That said, try and do your research and don’t get in over your head. You may not have done one or two of the steps required before, but learning an entirely new process might be a daunting task. If you’re thinking about trying knitting, painting, wood-working, or serious baking for the first time, make sure you give yourself ample time to learn the skill. If you’re having to learn something or buy lots of things to make one project, ask yourself (and be honest) about whether this is the start of a new hobby or if it’s just for the one gift (or even multiple gifts). If you don’t see yourself having a future in it, and it’s going to be more trouble than it’s worth, ask yourself if it’s not better to buy from a professional and commission something handmade. Etsy can be a valuable resource, as well as craft fairs and Saturday markets–you may even know someone personally. You can buy something homemade and help an artisan rather than get in too deep and start pulling your hair out.

8. Group Presents or Group Exchanges

The nature of this type of present normally depends on the exchange. Budget and the type of exchange will affect the outcome, but there are a couple guidelines that’ll help no matter what.

If you’re buying for more than one person, keep the items as similar as possible–definitely within the same budget. Keeping everything uniform helps your budget (buy in bulk) and prevents hurt feelings. You can personalize within that (maybe everyone gets a lotion, but there are different scents), but the more regular you keep it the better.

Always stay as close to the budget as you can. Don’t go too much lower (unless you got the item on sale and the value of the item was on budget) and definitely don’t go higher. Also, make sure you’re getting something you wouldn’t mind receiving, or, if you’re buying for children (like party favors) that it’s something your child wouldn’t mind receiving. This goes with the thoughtful tip again, but even a white elephant gift should have some sort of redeeming feature, even if it’s just humorous.

9. Wrap with Care

If you’ve put this much thought and work into your present, you should at least make a little effort with the presentation. You don’t have to spend much money to be creative with wrapping. You can reuse things you have in your house (I always save things like small boxes, plain gift bags, and I reuse tissue paper and ribbon), and if you feel like you need a gift wrapping station, choose papers that could be personalized with small additions like ribbon, but that could be used for many different occasions.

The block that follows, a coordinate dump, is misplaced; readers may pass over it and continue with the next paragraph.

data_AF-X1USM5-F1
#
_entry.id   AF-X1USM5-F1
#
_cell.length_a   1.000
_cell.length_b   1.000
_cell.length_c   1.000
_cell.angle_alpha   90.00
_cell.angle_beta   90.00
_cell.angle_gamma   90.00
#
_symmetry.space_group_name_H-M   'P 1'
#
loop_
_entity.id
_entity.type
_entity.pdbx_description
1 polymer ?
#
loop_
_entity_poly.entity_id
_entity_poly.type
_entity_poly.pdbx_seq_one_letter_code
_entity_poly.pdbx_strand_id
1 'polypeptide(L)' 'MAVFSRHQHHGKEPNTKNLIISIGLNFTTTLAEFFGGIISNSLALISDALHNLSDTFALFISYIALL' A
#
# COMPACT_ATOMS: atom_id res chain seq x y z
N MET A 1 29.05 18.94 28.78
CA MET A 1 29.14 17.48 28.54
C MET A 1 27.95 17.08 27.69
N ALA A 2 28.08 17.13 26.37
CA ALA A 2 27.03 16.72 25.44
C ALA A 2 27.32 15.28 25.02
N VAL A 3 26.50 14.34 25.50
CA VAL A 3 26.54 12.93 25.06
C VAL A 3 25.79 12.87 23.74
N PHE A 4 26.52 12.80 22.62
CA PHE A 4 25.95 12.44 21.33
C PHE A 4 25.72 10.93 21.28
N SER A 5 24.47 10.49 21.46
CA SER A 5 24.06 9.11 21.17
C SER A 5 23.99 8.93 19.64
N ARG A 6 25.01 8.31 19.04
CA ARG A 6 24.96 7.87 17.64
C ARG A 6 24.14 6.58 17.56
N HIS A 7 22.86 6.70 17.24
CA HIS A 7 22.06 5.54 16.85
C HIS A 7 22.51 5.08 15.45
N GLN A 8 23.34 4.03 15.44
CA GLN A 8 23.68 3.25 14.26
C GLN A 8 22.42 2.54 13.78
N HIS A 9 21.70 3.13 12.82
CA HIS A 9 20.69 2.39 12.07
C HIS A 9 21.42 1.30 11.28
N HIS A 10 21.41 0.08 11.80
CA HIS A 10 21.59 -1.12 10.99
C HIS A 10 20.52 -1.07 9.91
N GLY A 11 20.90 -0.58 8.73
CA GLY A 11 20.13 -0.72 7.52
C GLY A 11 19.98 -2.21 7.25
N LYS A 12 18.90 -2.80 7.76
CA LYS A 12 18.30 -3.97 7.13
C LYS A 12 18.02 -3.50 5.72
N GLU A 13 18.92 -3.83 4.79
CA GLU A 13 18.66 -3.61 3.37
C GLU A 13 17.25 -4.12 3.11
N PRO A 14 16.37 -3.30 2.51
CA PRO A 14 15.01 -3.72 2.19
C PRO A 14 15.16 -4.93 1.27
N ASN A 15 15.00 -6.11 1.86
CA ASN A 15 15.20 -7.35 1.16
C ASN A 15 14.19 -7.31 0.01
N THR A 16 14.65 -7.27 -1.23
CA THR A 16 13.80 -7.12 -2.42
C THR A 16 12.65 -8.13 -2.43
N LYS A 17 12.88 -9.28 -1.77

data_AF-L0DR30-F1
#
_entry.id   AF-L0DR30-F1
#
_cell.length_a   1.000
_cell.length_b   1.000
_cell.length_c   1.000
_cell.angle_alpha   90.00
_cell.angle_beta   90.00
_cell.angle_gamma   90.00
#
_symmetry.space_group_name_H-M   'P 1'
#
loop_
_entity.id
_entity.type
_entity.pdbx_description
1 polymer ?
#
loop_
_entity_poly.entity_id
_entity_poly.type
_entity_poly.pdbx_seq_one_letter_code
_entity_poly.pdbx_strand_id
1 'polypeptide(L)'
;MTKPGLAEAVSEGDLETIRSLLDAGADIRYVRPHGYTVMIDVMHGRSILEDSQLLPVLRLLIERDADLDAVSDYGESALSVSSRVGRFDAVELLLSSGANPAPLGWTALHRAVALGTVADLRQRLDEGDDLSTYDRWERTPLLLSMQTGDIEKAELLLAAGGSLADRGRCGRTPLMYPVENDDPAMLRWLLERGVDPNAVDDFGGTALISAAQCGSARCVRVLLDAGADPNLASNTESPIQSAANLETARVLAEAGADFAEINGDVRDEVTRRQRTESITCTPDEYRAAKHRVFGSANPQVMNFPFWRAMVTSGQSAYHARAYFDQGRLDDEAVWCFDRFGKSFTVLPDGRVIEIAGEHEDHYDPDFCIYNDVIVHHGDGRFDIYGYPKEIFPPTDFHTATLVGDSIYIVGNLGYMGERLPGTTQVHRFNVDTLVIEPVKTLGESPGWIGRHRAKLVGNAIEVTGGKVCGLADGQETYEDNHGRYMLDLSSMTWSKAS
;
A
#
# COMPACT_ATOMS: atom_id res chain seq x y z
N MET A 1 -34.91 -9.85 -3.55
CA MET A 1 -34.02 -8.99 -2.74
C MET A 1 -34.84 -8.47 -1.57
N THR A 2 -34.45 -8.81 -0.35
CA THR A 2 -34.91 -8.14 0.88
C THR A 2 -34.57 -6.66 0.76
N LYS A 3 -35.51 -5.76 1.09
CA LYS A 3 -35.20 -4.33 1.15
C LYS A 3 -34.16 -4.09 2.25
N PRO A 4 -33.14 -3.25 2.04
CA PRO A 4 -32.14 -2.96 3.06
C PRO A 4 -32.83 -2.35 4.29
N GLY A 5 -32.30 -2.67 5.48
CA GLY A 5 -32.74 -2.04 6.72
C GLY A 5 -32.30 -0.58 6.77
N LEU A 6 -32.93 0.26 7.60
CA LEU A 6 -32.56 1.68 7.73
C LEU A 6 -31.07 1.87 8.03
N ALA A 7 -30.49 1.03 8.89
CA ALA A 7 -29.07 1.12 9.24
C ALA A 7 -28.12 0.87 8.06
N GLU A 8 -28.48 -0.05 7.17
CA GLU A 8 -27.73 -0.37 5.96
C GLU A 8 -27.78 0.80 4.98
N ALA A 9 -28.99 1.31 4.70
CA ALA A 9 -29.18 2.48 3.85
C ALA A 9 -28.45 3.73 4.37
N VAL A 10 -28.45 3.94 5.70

10. Give from the Heart

This is the most important part of gift giving, which is why I saved it for last. There are certain occasions when gifts are expected like weddings and birthdays and holidays, but regardless of this, gifts should be given with an open heart and with sincerity. Even if the process was frustrating, the receiver wasn’t grateful, or the gift was born of obligation, finding a way to give openly and freely is the most important part of giving. This means that you don’t expect a gift in return, or even a thank you note. It means that you don’t care how they choose to use the gift or if they decide to return it or get rid of it (if there are exceptions about this, which might apply if it’s a family heirloom or was expensive, those concerns should be discussed upfront). It also means that the gift is about them, and not about the audience it’s opened in front of. This can be really difficult–the most difficult part–but I promise it’s the most rewarding.

What’s the most thoughtful gift you’ve ever received?